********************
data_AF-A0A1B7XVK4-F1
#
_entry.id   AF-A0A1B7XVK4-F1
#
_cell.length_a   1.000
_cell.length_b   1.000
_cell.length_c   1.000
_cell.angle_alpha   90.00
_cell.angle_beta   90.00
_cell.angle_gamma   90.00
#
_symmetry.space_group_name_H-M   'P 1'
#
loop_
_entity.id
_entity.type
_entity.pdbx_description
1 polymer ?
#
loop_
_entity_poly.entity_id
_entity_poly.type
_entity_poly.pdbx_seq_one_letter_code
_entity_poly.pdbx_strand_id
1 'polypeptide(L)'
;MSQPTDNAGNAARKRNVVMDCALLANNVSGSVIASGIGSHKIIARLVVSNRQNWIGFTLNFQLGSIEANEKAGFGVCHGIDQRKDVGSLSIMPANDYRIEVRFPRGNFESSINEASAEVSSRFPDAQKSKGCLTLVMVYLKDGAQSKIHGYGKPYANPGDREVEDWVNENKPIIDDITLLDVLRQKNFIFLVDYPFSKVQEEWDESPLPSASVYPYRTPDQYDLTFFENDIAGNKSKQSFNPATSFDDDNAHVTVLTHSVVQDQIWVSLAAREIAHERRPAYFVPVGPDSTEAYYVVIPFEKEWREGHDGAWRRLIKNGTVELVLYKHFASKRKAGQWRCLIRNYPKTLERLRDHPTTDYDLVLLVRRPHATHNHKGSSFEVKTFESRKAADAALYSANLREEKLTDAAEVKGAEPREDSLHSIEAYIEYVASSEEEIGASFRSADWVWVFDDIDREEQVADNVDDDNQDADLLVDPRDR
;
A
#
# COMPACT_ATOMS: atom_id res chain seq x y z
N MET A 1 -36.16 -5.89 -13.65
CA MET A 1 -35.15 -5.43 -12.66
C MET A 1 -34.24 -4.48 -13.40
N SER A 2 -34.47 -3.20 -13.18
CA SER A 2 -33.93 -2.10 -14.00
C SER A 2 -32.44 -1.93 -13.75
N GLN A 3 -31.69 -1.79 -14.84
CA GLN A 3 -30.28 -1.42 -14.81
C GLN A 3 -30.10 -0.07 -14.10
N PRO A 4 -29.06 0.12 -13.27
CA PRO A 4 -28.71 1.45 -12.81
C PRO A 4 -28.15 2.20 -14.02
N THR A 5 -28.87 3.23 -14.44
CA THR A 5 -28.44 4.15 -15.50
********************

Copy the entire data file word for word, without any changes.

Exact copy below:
data_AF-A0A1B7XVK4-F1
#
_entry.id   AF-A0A1B7XVK4-F1
#
_cell.length_a   1.000
_cell.length_b   1.000
_cell.length_c   1.000
_cell.angle_alpha   90.00
_cell.angle_beta   90.00
_cell.angle_gamma   90.00
#
_symmetry.space_group_name_H-M   'P 1'
#
loop_
_entity.id
_entity.type
_entity.pdbx_description
1 polymer ?
#
loop_
_entity_poly.entity_id
_entity_poly.type
_entity_poly.pdbx_seq_one_letter_code
_entity_poly.pdbx_strand_id
1 'polypeptide(L)'
;MSQPTDNAGNAARKRNVVMDCALLANNVSGSVIASGIGSHKIIARLVVSNRQNWIGFTLNFQLGSIEANEKAGFGVCHGIDQRKDVGSLSIMPANDYRIEVRFPRGNFESSINEASAEVSSRFPDAQKSKGCLTLVMVYLKDGAQSKIHGYGKPYANPGDREVEDWVNENKPIIDDITLLDVLRQKNFIFLVDYPFSKVQEEWDESPLPSASVYPYRTPDQYDLTFFENDIAGNKSKQSFNPATSFDDDNAHVTVLTHSVVQDQIWVSLAAREIAHERRPAYFVPVGPDSTEAYYVVIPFEKEWREGHDGAWRRLIKNGTVELVLYKHFASKRKAGQWRCLIRNYPKTLERLRDHPTTDYDLVLLVRRPHATHNHKGSSFEVKTFESRKAADAALYSANLREEKLTDAAEVKGAEPREDSLHSIEAYIEYVASSEEEIGASFRSADWVWVFDDIDREEQVADNVDDDNQDADLLVDPRDR
;
A
#
# COMPACT_ATOMS: atom_id res chain seq x y z
N MET A 1 -36.16 -5.89 -13.65
CA MET A 1 -35.15 -5.43 -12.66
C MET A 1 -34.24 -4.48 -13.40
N SER A 2 -34.47 -3.20 -13.18
CA SER A 2 -33.93 -2.10 -14.00
C SER A 2 -32.44 -1.93 -13.75
N GLN A 3 -31.69 -1.79 -14.84
CA GLN A 3 -30.28 -1.42 -14.81
C GLN A 3 -30.10 -0.07 -14.10
N PRO A 4 -29.06 0.12 -13.27
CA PRO A 4 -28.71 1.45 -12.81
C PRO A 4 -28.15 2.20 -14.02
N THR A 5 -28.87 3.23 -14.44
CA THR A 5 -28.44 4.15 -15.50